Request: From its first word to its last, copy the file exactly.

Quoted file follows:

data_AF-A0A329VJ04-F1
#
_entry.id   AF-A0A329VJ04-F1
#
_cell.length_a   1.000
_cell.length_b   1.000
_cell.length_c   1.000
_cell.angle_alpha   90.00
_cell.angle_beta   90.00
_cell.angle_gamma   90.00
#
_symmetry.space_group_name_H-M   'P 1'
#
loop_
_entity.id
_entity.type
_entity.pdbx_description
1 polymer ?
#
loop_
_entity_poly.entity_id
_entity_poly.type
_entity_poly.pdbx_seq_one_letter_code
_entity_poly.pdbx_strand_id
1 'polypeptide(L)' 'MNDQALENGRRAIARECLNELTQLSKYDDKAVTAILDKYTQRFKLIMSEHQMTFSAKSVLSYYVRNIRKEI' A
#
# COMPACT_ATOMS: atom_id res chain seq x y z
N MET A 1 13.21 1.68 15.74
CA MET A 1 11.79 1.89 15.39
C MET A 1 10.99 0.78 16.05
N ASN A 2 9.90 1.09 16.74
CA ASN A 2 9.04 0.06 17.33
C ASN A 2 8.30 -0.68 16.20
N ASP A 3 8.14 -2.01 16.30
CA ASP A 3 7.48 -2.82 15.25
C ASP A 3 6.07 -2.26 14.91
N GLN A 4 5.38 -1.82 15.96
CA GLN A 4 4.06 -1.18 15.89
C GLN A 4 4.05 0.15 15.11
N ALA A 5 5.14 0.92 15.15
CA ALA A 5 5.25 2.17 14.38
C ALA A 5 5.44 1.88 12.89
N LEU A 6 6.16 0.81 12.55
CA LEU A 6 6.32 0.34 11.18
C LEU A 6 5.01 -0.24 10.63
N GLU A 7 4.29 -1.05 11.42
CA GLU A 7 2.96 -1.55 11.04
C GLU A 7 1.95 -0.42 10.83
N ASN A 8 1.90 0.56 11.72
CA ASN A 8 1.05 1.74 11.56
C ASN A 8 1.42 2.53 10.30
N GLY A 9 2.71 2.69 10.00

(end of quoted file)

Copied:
data_AF-A0A329VJ04-F1
#
_entry.id   AF-A0A329VJ04-F1
#
_cell.length_a   1.000
_cell.length_b   1.000
_cell.length_c   1.000
_cell.angle_alpha   90.00
_cell.angle_beta   90.00
_cell.angle_gamma   90.00
#
_symmetry.space_group_name_H-M   'P 1'
#
loop_
_entity.id
_entity.type
_entity.pdbx_description
1 polymer ?
#
loop_
_entity_poly.entity_id
_entity_poly.type
_entity_poly.pdbx_seq_one_letter_code
_entity_poly.pdbx_strand_id
1 'polypeptide(L)' 'MNDQALENGRRAIARECLNELTQLSKYDDKAVTAILDKYTQRFKLIMSEHQMTFSAKSVLSYYVRNIRKEI' A
#
# COMPACT_ATOMS: atom_id res chain seq x y z
N MET A 1 13.21 1.68 15.74
CA MET A 1 11.79 1.89 15.39
C MET A 1 10.99 0.78 16.05
N ASN A 2 9.90 1.09 16.74
CA ASN A 2 9.04 0.06 17.33
C ASN A 2 8.30 -0.68 16.20
N ASP A 3 8.14 -2.01 16.30
CA ASP A 3 7.48 -2.82 15.25
C ASP A 3 6.07 -2.26 14.91
N GLN A 4 5.38 -1.82 15.96
CA GLN A 4 4.06 -1.18 15.89
C GLN A 4 4.05 0.15 15.11
N ALA A 5 5.14 0.92 15.15
CA ALA A 5 5.25 2.17 14.38
C ALA A 5 5.44 1.88 12.89
N LEU A 6 6.16 0.81 12.55
CA LEU A 6 6.32 0.34 11.18
C LEU A 6 5.01 -0.24 10.63
N GLU A 7 4.29 -1.05 11.42
CA GLU A 7 2.96 -1.55 11.04
C GLU A 7 1.95 -0.42 10.83
N ASN A 8 1.90 0.56 11.72
CA ASN A 8 1.05 1.74 11.56
C ASN A 8 1.42 2.53 10.30
N GLY A 9 2.71 2.69 10.00